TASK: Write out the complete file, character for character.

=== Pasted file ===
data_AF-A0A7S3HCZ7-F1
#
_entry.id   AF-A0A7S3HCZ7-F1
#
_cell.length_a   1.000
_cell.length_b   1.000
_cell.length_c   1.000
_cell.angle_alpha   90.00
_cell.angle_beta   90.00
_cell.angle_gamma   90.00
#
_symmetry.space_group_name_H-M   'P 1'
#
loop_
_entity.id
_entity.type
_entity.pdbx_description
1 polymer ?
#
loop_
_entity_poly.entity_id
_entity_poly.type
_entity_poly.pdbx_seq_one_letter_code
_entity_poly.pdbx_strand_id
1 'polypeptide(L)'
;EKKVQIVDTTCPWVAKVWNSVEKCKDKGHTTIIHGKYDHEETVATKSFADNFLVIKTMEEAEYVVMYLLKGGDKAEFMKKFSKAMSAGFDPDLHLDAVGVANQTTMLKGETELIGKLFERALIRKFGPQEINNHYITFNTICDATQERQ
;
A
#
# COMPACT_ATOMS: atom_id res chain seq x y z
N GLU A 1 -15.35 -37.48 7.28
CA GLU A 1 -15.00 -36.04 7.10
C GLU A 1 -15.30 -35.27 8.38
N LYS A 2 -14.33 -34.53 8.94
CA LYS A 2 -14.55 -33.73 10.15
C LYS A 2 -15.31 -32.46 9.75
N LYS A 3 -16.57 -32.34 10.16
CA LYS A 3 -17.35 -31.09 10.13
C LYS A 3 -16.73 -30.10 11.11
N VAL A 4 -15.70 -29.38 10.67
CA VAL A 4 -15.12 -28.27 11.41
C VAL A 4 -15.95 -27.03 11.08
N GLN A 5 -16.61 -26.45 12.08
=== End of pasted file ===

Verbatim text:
data_AF-A0A7S3HCZ7-F1
#
_entry.id   AF-A0A7S3HCZ7-F1
#
_cell.length_a   1.000
_cell.length_b   1.000
_cell.length_c   1.000
_cell.angle_alpha   90.00
_cell.angle_beta   90.00
_cell.angle_gamma   90.00
#
_symmetry.space_group_name_H-M   'P 1'
#
loop_
_entity.id
_entity.type
_entity.pdbx_description
1 polymer ?
#
loop_
_entity_poly.entity_id
_entity_poly.type
_entity_poly.pdbx_seq_one_letter_code
_entity_poly.pdbx_strand_id
1 'polypeptide(L)'
;EKKVQIVDTTCPWVAKVWNSVEKCKDKGHTTIIHGKYDHEETVATKSFADNFLVIKTMEEAEYVVMYLLKGGDKAEFMKKFSKAMSAGFDPDLHLDAVGVANQTTMLKGETELIGKLFERALIRKFGPQEINNHYITFNTICDATQERQ
;
A
#
# COMPACT_ATOMS: atom_id res chain seq x y z
N GLU A 1 -15.35 -37.48 7.28
CA GLU A 1 -15.00 -36.04 7.10
C GLU A 1 -15.30 -35.27 8.38
N LYS A 2 -14.33 -34.53 8.94
CA LYS A 2 -14.55 -33.73 10.15
C LYS A 2 -15.31 -32.46 9.75
N LYS A 3 -16.57 -32.34 10.16
CA LYS A 3 -17.35 -31.09 10.13
C LYS A 3 -16.73 -30.10 11.11
N VAL A 4 -15.70 -29.38 10.67
CA VAL A 4 -15.12 -28.27 11.41
C VAL A 4 -15.95 -27.03 11.08
N GLN A 5 -16.61 -26.45 12.08